Likewise, with just a couple of sentences, the Bible’s authors could establish a connection between God, creation, and the Bible.
Sometimes, it’s what you don’t say that makes all the difference
If men wrote the Bible, we would expect it to be limited to the knowledge of the time. However, if God inspired the Bible, He should be able to easily provide some inside information.
For example, God might give clear descriptions of things that had not yet been discovered when the Bible was written, things like DNA, microorganisms, cells, billions of galaxies, the Americas, the rotation of the earth, black holes, etc.
One wonders how God could even tell the story of creation and NOT mention billions of galaxies, or how the sun was just another star, or how the earth rotates and orbits the sun.
For the non-believer, these omission make perfect sense, because God is not the author. But the believer must find a way to excuse God for His inability or unwillingness to divulge insider information.
The excuses I’ve come across include:
1) The Bible does contain insider information!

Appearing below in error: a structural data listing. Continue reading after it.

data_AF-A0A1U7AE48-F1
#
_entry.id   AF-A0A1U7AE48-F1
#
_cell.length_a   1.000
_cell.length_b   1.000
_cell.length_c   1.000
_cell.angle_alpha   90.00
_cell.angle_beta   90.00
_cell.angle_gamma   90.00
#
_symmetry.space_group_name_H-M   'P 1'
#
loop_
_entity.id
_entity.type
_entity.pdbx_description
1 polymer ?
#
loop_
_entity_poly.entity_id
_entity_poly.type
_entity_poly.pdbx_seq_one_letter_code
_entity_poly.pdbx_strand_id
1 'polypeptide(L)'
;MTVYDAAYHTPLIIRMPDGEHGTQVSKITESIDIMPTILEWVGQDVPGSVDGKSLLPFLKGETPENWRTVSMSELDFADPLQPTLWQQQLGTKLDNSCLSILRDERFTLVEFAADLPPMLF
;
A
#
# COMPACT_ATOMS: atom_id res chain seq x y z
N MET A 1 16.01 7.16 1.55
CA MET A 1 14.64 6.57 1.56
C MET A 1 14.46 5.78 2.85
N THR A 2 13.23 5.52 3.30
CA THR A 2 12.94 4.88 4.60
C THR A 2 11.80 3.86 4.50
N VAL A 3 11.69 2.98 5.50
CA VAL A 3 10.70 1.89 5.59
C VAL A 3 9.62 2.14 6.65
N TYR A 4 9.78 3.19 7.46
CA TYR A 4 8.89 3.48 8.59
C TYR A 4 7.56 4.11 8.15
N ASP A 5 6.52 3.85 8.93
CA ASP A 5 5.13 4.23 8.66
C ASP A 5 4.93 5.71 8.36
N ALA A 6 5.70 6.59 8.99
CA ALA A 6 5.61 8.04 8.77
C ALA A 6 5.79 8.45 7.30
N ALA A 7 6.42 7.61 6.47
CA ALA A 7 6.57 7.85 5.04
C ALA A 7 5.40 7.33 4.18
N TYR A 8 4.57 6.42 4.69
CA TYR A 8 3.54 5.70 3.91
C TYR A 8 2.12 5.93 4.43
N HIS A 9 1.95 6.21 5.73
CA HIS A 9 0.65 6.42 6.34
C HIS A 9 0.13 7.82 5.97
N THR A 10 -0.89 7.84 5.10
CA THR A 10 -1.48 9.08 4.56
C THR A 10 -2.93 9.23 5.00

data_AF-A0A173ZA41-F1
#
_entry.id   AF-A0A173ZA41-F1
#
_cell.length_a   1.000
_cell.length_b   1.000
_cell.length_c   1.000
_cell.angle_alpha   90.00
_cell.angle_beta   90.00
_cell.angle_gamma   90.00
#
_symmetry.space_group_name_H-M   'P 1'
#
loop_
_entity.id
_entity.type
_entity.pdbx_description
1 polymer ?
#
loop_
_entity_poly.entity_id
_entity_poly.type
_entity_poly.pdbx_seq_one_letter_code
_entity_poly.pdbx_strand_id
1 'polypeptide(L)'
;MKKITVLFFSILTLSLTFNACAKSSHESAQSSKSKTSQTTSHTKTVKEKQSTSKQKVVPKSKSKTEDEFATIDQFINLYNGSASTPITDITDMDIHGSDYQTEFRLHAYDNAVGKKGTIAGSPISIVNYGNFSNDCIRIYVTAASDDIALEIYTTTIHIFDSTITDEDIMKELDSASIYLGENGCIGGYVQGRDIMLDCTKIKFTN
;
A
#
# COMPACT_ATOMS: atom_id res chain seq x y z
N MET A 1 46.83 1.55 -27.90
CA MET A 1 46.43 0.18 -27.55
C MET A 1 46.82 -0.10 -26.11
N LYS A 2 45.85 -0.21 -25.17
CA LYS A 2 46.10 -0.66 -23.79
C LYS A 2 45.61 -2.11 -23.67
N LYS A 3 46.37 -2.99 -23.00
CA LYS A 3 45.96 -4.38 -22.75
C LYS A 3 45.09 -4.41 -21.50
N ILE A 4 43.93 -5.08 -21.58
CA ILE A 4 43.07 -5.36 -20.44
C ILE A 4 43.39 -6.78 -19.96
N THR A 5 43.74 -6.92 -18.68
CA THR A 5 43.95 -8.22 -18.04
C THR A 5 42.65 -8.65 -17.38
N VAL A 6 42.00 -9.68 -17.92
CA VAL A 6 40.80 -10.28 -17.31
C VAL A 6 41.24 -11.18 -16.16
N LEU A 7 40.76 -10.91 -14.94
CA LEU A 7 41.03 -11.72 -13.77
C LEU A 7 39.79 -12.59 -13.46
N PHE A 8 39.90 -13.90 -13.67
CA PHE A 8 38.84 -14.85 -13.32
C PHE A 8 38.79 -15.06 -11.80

As a Christian, I was taught that the Bible contained many science facts, and I even read Ray Comfort’s book on 100 of them.
Later, I learned the Quran also contained hundreds of scientific facts. To be honest, both Christians and Muslims seemed to be applying extremely liberal interpretations of their texts. I don’t think it’s possible to discredit one claim without simultaneously destroying the credibility of the other. (I’ll cover some of the best claims in future questions.)
2) Science didn’t exist, so they couldn’t talk about it.
Do you need knowledge of science to describe the contents of your purse or wallet? Of course not. Likewise, the Bible’s authors didn’t need to know anything about Science to say things like:
- “And God created a great many great clusters of stars, and placed them at great distances from one another, so far away that most cannot be seen.”
- “And around many of the stars in each cluster, he placed a great many planets.”
- “And in one of these clusters, around one of its stars, God placed our round planet, and he caused it to move around the sun in an oval path.”